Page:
All three of us sisters have been surprised to find we are all big fans of roasted Brussels sprouts. Surprised because, well, those guys don’t have the best reputation and we never really ate them growing up (probably because the main option was frozen, which meant they had to be boiled, and I don’t know if they are salvageable after that).
My conversion came a few years ago at the farmers market in Notting Hill in London. My good friend Liz and I would go every Saturday morning and I think it was the highlight of both of our weeks. Due to the UK’s mild climate the market ran all year round. (The Massachusetts farmers markets are sadly contrasted as only running from May to October!). There were all sorts of wonderful things on sale–traditional poacher cheese (similar to cheddar), apples, game, free range chicken and beef, and all sorts of interesting things to try (stinging nettles and elderflowers anyone?). Several stands were selling Brussels sprouts on the stalk–I had never seen them before (I don’t know how I thought they grew, but I can’t say I ever thought about it either) but it must have been the sheer novelty of these guys that made me decide to try it. As you can see, they look pretty strange!
I actually didn’t even roast them the first time, but rather braised them (as suggested by Ina Garten, though greatly modified–I used the soaking water from dried mushrooms rather than stock and skipped the raisins) and surprisingly, I loved them! Since then I found a great recipe in Gourmet where you saute chopped up Brussels sprouts with butter and pine nuts and then toss with pasta and Parmesan, a great mid-week meal. When we converged on New York City for Marie’s wedding, she took us to a local place with great roasted Brussels sprouts–as she told us she buys them for take out and “pops them like candy”–yes, that may sound like a strange thing to say about Brussels sprouts, but they are that good!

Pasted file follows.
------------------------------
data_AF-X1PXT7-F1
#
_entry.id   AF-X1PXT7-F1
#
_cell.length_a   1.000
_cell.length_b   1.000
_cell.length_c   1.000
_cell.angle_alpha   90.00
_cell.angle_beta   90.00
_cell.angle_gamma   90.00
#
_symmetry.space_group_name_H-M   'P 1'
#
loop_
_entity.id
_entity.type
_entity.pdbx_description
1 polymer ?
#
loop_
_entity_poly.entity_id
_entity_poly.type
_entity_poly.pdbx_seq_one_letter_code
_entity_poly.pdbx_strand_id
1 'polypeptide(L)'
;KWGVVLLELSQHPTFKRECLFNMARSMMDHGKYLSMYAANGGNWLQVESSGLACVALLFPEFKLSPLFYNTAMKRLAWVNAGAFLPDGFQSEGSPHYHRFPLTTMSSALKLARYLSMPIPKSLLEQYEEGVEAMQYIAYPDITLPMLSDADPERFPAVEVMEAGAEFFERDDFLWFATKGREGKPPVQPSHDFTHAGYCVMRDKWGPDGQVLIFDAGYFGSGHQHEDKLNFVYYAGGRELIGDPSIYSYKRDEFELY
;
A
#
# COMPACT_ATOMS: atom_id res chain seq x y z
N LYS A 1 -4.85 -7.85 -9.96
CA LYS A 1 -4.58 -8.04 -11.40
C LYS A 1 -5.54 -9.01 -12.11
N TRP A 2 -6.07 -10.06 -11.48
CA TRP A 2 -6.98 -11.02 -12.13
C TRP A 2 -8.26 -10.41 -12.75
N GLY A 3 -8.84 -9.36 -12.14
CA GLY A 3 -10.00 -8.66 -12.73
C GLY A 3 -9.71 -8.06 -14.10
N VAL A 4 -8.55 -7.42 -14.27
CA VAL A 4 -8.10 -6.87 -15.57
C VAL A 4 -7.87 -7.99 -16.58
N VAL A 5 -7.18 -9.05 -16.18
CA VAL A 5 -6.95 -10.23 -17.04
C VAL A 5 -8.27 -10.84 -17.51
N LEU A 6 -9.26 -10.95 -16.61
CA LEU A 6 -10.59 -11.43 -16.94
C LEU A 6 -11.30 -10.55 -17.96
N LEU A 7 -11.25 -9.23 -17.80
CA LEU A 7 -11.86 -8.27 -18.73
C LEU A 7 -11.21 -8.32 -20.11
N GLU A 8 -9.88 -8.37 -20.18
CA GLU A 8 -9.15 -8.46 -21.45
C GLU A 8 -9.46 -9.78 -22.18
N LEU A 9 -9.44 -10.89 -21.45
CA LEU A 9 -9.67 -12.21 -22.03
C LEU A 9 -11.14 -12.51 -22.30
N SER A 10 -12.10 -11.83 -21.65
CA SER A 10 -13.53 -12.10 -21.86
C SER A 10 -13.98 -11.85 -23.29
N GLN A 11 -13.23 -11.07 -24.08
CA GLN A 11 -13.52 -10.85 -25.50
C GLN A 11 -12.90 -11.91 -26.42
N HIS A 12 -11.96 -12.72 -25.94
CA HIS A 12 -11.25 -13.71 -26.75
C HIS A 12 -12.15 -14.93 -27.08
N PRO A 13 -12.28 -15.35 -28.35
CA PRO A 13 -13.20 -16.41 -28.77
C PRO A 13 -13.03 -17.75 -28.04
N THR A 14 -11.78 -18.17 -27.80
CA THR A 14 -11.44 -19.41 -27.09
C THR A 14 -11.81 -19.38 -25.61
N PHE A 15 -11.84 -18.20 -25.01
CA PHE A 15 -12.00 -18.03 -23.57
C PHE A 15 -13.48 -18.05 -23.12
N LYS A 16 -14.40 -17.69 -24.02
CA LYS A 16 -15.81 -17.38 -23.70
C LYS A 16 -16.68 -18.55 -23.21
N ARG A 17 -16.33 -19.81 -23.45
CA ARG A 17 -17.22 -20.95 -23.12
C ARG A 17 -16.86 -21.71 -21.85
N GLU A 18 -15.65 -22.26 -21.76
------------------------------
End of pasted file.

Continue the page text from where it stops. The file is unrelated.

I had some Brussels sprouts in the fridge that really needed to be eaten soon–they were still in good shape but I was afraid they would be past their prime any day. I was being REALLY lazy (and trying to get them in the oven before little E got mad–I had been doing other things int he kitchen so I knew I was running on borrowed time). So I washed the Brussels sprouts, drizzled some olive oil on them (I don’t think I make anything without olive oil or butter these days), sprinkled on some nice sea salt and freshly grated pepper, and then pulled out the pre-sliced pancetta from the fridge. Because I was being too lazy to even pull out the cutting board, I just took the kitchen shears and cut the slices up. Here’s the dressed up sprouts waiting for the oven to heat up to 400F.
So in they went for 35-40 minutes. While they turned out pretty well, I think my laziness came with a price–generally you are supposed to cut off the dried up ends of the buds, or cut an x in them. I think this is to let the heat in so the sprout can cook. So you can guess what happened: they were a little raw at the base. Not the end of the world, though you don’t get to eat the whole thing! I think the addition of pancetta was a good touch, however–sort of playing on the idea that pork and cabbage are a classic pairing.
As I mentioned one of my favorite things to do with brussels sprouts (of the three things I know how to do) is mix them with pasta. My husband was not so into the idea of eating straight-up roasted sprouts, so he chopped them up and added them to pasta with a generous portion of parmesan (I mean generous–he loves that stuff!). And we both went after the pancetta that had stuck to the baking dish, can’t let that go to waste!